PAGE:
It all began with a 19-second video clip recorded at a zoo.
One of the founders of YouTube, Jawed Karim, uploaded the video on April 23, 2005, showing him describing the length of an elephant's trunk.
Some of the earliest memories were the viral videos.
"Anyone could be a star and there was no gate keeper," CNET.com senior editor Bridget Carey said.
"It had what we call network effect in technology, where it went from big to much bigger to much bigger to much bigger," NewYorker.com editor and CBS News contributor Nicholas Thompson said. "It just grew exponentially and exploded."
Korean pop star Psy's "Gangnam Style" became the most-watched video with over 2 billion views.
"It's made every human being accessible to every other human being, and out of that, there's a small number of people, but kind of an amazing group of people, who have become YouTube celebrities," Thompson said.
Justin Bieber launched his career on YouTube.
"YouTube is mainly a place for fun, that's the way that we think of it. But it is also a place for politics, both for good and for bad. Terror videos, they go up on YouTube," Thompson said. "There have been a lot of also important political videos that have gone up on it. There have been videos from both sides in the Syrian civil war."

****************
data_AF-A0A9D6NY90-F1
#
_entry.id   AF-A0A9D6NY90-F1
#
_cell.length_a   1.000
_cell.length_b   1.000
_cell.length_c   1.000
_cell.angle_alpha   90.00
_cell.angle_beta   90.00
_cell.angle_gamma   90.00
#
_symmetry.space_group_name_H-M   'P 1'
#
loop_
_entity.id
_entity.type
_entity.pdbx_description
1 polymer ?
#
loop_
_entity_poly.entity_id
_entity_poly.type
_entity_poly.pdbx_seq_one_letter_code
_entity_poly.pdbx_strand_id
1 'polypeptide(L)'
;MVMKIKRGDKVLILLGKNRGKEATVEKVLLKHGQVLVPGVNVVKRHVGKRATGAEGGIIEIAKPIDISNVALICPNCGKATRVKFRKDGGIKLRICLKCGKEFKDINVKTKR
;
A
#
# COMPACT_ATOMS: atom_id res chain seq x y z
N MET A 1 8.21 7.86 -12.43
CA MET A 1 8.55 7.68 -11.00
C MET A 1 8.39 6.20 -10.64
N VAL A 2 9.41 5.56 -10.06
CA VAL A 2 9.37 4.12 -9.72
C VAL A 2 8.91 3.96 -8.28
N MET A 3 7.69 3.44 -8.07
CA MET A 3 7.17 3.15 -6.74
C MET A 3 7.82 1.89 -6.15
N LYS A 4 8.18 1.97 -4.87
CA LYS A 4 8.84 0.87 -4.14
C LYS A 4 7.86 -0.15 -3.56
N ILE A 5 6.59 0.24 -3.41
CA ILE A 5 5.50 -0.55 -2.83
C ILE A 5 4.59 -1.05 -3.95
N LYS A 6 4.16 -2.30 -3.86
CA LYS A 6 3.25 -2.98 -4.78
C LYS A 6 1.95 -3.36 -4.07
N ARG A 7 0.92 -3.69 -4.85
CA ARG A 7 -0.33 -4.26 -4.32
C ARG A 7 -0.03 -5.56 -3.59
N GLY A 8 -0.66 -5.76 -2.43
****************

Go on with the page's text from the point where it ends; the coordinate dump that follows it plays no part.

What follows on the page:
Videos also shook up American politics, with Barack Obama being a great example.
"A lot of the way that Obama exploded is because he went viral on YouTube," Thompson said.
About a year after YouTube first launched, they were bought by Google for $1.6 billion.
"The most Google paid for anything up until that time," Carey said.
"YouTube had a very laissez-faire approach to copyright. They basically said, 'Put up everything. If somebody complains, take it down. We're not going to screen. We're not going to look.' And it was known as a place for pirated content, illegal content. When Google bought it, that was one of the central problems that Google had," Thompson said.
Now YouTube has a reputation of protecting copyright, Thompson said.
"The sheer size of YouTube makes it unlike anything on the web right now," Carey said. "There are 1 billion users on YouTube and 300 hours of video uploaded every minute. About half the traffic is coming from mobile."
While content abounds on YouTube, Thompson said it's been a struggle to make money through much of the company's history.
"The future for YouTube is to continue being the great repository for all the world's weird stuff. It's also, they hope, a place that you'll go and watch more shows," Thompson said.
They are "tinkering" with a subscription model, Carey said, similar to how Netflix works.
"It's still the early days, but YouTube changed the way we watched television 10 years ago and it's still in the process of evolving today," Carey said.